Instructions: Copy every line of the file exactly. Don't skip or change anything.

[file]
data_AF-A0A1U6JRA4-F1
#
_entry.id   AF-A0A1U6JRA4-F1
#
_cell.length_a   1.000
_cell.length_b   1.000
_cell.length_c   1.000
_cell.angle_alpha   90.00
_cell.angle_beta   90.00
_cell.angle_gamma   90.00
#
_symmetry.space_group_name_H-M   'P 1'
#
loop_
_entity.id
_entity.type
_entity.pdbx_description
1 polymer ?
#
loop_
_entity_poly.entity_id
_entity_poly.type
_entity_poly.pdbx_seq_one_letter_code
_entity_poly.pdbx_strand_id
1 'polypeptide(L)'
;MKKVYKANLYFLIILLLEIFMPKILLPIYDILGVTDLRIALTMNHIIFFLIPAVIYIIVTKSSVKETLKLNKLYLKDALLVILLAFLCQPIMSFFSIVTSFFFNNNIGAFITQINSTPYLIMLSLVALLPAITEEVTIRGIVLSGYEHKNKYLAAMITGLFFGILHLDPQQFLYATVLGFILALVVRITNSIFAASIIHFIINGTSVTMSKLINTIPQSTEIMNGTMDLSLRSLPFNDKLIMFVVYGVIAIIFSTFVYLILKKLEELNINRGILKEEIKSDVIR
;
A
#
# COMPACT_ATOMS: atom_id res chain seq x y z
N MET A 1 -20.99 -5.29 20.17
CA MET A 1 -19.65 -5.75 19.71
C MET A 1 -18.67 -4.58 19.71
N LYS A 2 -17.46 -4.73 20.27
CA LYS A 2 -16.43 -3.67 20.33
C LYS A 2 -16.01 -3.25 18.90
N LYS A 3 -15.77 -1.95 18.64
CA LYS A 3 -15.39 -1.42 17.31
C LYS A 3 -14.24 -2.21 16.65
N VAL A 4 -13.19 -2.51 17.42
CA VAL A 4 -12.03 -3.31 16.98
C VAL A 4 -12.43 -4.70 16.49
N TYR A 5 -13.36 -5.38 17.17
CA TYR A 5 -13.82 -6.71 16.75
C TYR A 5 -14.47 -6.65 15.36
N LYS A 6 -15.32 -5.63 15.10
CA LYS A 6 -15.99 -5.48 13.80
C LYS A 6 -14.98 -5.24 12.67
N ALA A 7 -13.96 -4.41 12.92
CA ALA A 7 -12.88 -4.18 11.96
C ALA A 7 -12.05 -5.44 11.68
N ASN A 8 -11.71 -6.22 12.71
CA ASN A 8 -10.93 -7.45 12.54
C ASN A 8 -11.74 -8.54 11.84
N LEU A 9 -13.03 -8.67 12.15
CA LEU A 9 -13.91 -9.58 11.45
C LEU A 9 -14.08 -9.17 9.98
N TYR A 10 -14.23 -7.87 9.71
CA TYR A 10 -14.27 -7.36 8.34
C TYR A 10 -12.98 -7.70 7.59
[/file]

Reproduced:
data_AF-A0A1U6JRA4-F1
#
_entry.id   AF-A0A1U6JRA4-F1
#
_cell.length_a   1.000
_cell.length_b   1.000
_cell.length_c   1.000
_cell.angle_alpha   90.00
_cell.angle_beta   90.00
_cell.angle_gamma   90.00
#
_symmetry.space_group_name_H-M   'P 1'
#
loop_
_entity.id
_entity.type
_entity.pdbx_description
1 polymer ?
#
loop_
_entity_poly.entity_id
_entity_poly.type
_entity_poly.pdbx_seq_one_letter_code
_entity_poly.pdbx_strand_id
1 'polypeptide(L)'
;MKKVYKANLYFLIILLLEIFMPKILLPIYDILGVTDLRIALTMNHIIFFLIPAVIYIIVTKSSVKETLKLNKLYLKDALLVILLAFLCQPIMSFFSIVTSFFFNNNIGAFITQINSTPYLIMLSLVALLPAITEEVTIRGIVLSGYEHKNKYLAAMITGLFFGILHLDPQQFLYATVLGFILALVVRITNSIFAASIIHFIINGTSVTMSKLINTIPQSTEIMNGTMDLSLRSLPFNDKLIMFVVYGVIAIIFSTFVYLILKKLEELNINRGILKEEIKSDVIR
;
A
#
# COMPACT_ATOMS: atom_id res chain seq x y z
N MET A 1 -20.99 -5.29 20.17
CA MET A 1 -19.65 -5.75 19.71
C MET A 1 -18.67 -4.58 19.71
N LYS A 2 -17.46 -4.73 20.27
CA LYS A 2 -16.43 -3.67 20.33
C LYS A 2 -16.01 -3.25 18.90
N LYS A 3 -15.77 -1.95 18.64
CA LYS A 3 -15.39 -1.42 17.31
C LYS A 3 -14.24 -2.21 16.65
N VAL A 4 -13.19 -2.51 17.42
CA VAL A 4 -12.03 -3.31 16.98
C VAL A 4 -12.43 -4.70 16.49
N TYR A 5 -13.36 -5.38 17.17
CA TYR A 5 -13.82 -6.71 16.75
C TYR A 5 -14.47 -6.65 15.36
N LYS A 6 -15.32 -5.63 15.10
CA LYS A 6 -15.99 -5.48 13.80
C LYS A 6 -14.98 -5.24 12.67
N ALA A 7 -13.96 -4.41 12.92
CA ALA A 7 -12.88 -4.18 11.96
C ALA A 7 -12.05 -5.44 11.68
N ASN A 8 -11.71 -6.22 12.71
CA ASN A 8 -10.93 -7.45 12.54
C ASN A 8 -11.74 -8.54 11.84
N LEU A 9 -13.03 -8.67 12.15
CA LEU A 9 -13.91 -9.58 11.45
C LEU A 9 -14.08 -9.17 9.98
N TYR A 10 -14.23 -7.87 9.71
CA TYR A 10 -14.27 -7.36 8.34
C TYR A 10 -12.98 -7.70 7.59